On the basis of the queer kids I encountered in the 1990s, I would’ve have expected kids in the Noughties to take it for granted that the way to figure out your sexual preference is, in the words of graphic novelist John Allison, to “kiss both kinds of face” but sadly, we haven’t got there yet. Back in 1997, I called an early draft of this article “The more things change”, from the French proverb, “Plus ça change, plus c’est la même chose” – the more things change, the more they stay the same – and twenty years later, the prospects for LGBQ kids in Australia still look much the same to me.


So how to end this story? Those three dots stand for the three months in which I had to step away from the whole website project, because I couldn’t work out how to sum up my career as a publicly gay Australian children’s writer. Should I look on the bright side and talk about how (to borrow a term from Diana Wynne Jones) I moved the world ayewards by telling a generation of young people who were wondering whether they were queer that they weren’t the only ones? As this article comes to a close, should I be thinking about the young lesbian who wrote to me from Singapore through the late eighties and early nineties – or the young gay man who once watched from a distance while I had my hair cut at the salon where he was an apprentice, because my anthology Hide and Seek was one of the things that had kept him going while he was growing up in a country town – or my new friend Sabdha Charlton, who asked in her article here, “How would I find words to tell [Jenny] how her books sustained me as a lonely teenager, and soothed me through my angsty twenties?”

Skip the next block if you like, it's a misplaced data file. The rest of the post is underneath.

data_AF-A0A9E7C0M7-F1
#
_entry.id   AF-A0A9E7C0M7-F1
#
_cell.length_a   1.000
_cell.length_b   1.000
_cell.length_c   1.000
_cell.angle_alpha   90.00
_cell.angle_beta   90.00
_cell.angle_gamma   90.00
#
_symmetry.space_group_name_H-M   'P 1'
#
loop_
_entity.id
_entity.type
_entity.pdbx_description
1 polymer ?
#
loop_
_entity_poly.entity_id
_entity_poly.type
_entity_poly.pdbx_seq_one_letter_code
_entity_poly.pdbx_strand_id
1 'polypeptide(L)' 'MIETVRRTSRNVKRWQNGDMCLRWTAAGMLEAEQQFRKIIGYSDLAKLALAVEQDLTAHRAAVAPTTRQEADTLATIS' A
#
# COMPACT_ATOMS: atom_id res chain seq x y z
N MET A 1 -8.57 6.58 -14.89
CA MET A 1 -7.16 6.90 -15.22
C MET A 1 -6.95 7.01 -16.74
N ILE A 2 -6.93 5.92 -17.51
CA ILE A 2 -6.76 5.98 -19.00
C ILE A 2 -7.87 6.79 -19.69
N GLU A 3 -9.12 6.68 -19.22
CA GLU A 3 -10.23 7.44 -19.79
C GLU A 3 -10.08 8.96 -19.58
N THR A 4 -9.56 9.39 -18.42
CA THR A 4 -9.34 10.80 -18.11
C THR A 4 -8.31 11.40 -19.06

On a more general level, should I be congratulating myself on having dug some important channels for writing gay in Australian kids’ books? After all, even though my novels have been forgotten, the Australian novels with LGBQ characters listed in my article “So Gay” continue to flow along some of the channels I dug, taking lesbian main characters and a broad range of LGBQ experience for granted, just as American kids’ books continue to reflect the initial input of writers like John Donovan and Sandra Scopettone. Should I be remembering that some of the editors I worked with are still active in Australian publishing, working with new writers and passing on the knowledge that it’s possible to publish publicly gay writers for kids and include LGBT characters in kids’ books without major repercussions – knowledge that has also been transmitted, to a greater or lesser degree, by all the editors, reviewers and other gatekeepers who dealt with me and / or my novels over the years?